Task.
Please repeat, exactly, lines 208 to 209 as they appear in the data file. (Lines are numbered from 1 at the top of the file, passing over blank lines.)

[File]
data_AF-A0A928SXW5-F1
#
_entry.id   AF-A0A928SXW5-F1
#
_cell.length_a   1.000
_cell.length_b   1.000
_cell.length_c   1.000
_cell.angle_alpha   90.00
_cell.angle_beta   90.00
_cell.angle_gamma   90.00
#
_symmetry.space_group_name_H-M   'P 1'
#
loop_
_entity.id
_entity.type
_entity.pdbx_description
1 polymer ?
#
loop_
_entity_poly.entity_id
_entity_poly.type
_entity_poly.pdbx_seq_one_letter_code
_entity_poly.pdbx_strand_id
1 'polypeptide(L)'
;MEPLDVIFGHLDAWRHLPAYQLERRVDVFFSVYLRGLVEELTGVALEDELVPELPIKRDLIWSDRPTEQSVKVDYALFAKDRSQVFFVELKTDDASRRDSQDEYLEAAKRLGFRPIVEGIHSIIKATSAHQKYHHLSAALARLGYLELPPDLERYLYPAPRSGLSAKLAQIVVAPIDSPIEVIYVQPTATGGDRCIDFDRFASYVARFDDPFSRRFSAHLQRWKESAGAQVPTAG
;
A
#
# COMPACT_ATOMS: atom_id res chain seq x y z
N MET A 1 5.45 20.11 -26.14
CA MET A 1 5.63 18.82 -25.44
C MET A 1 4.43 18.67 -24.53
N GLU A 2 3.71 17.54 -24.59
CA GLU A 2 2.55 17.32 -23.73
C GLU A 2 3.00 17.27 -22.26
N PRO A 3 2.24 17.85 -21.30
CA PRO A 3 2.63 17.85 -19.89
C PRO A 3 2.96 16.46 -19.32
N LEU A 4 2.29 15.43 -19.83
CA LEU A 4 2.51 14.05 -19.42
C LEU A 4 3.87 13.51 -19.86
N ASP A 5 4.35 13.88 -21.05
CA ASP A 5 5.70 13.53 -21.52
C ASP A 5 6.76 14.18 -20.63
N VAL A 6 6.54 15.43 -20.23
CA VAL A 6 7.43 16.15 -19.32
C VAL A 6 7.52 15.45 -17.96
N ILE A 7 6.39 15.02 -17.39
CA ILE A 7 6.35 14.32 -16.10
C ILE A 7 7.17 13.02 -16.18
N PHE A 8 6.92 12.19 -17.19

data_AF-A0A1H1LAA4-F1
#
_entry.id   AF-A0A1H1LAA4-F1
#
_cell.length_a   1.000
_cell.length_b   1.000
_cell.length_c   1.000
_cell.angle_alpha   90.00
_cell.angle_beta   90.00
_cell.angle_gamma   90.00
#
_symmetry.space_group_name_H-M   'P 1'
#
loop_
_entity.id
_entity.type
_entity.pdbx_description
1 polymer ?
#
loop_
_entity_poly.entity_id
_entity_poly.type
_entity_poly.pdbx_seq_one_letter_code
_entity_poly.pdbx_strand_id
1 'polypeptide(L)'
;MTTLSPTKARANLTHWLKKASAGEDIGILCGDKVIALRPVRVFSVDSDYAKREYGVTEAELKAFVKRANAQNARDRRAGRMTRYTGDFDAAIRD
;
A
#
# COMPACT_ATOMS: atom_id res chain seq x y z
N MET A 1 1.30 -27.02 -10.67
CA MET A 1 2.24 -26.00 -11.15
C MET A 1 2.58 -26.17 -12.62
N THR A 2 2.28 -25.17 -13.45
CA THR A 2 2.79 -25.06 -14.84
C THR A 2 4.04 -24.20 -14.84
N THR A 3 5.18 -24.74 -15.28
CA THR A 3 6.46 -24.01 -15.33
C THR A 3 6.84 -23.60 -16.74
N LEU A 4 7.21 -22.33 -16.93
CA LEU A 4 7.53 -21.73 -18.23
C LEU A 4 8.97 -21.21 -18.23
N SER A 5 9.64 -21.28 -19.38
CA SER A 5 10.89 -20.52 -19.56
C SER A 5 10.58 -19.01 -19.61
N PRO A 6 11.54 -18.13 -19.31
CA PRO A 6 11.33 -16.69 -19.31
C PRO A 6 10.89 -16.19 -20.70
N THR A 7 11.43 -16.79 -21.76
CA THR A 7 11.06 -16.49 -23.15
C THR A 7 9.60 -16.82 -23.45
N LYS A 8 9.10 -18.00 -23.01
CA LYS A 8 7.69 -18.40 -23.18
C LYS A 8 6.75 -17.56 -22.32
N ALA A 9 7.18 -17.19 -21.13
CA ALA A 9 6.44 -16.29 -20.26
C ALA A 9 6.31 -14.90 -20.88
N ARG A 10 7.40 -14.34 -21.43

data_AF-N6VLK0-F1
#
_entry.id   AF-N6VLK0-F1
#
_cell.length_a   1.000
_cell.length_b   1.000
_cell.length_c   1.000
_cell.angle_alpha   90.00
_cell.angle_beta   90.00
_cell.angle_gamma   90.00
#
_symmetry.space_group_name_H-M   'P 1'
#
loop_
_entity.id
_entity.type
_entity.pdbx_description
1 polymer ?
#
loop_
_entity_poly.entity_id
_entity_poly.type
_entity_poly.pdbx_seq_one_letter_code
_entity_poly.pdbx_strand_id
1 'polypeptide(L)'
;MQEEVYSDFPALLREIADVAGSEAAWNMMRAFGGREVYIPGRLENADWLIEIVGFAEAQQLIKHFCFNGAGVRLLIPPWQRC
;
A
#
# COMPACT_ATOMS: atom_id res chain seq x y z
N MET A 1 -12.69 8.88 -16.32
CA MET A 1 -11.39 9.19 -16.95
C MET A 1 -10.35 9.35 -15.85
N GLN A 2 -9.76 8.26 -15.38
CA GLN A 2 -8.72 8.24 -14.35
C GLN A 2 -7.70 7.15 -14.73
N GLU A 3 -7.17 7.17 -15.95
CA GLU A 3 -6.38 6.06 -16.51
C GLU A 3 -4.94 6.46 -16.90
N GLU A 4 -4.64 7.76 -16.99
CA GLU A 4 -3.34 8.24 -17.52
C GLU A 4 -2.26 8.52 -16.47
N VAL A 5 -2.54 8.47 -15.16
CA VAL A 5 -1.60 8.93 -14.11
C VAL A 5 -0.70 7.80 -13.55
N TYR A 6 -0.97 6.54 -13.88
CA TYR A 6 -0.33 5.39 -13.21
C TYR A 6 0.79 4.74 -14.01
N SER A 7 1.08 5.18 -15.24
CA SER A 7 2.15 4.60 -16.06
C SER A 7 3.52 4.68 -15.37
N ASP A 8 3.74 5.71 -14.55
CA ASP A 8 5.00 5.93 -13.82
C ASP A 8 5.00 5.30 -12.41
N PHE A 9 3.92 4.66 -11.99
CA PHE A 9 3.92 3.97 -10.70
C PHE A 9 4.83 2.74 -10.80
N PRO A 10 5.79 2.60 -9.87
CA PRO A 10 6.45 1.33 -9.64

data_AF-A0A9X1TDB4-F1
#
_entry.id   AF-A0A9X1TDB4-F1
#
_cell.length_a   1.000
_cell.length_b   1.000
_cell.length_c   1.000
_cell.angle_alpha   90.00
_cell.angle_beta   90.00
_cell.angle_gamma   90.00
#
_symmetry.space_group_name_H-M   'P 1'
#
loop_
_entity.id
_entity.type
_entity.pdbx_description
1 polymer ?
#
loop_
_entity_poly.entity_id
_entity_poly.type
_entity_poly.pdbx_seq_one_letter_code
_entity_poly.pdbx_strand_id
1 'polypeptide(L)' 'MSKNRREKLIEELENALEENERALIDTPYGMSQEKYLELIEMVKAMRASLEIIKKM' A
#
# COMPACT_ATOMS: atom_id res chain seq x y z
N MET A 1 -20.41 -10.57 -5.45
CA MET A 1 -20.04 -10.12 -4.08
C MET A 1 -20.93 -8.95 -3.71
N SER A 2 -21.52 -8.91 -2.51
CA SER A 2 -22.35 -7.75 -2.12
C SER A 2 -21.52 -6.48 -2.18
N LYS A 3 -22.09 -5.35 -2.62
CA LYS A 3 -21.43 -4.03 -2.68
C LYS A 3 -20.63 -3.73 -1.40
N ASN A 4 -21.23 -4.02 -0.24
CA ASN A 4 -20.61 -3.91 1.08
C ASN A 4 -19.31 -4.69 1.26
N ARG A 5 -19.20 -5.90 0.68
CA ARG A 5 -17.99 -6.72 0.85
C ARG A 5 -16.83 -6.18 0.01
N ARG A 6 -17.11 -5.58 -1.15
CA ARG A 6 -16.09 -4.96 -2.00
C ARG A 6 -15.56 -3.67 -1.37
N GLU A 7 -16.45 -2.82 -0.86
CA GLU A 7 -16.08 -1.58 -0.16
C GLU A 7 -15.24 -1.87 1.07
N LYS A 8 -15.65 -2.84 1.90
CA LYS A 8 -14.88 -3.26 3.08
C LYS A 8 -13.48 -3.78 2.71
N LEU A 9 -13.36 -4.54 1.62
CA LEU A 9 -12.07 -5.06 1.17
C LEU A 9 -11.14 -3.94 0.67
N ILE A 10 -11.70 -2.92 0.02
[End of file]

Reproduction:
C ASN A 4 -19.31 -4.69 1.26
N ARG A 5 -19.20 -5.90 0.68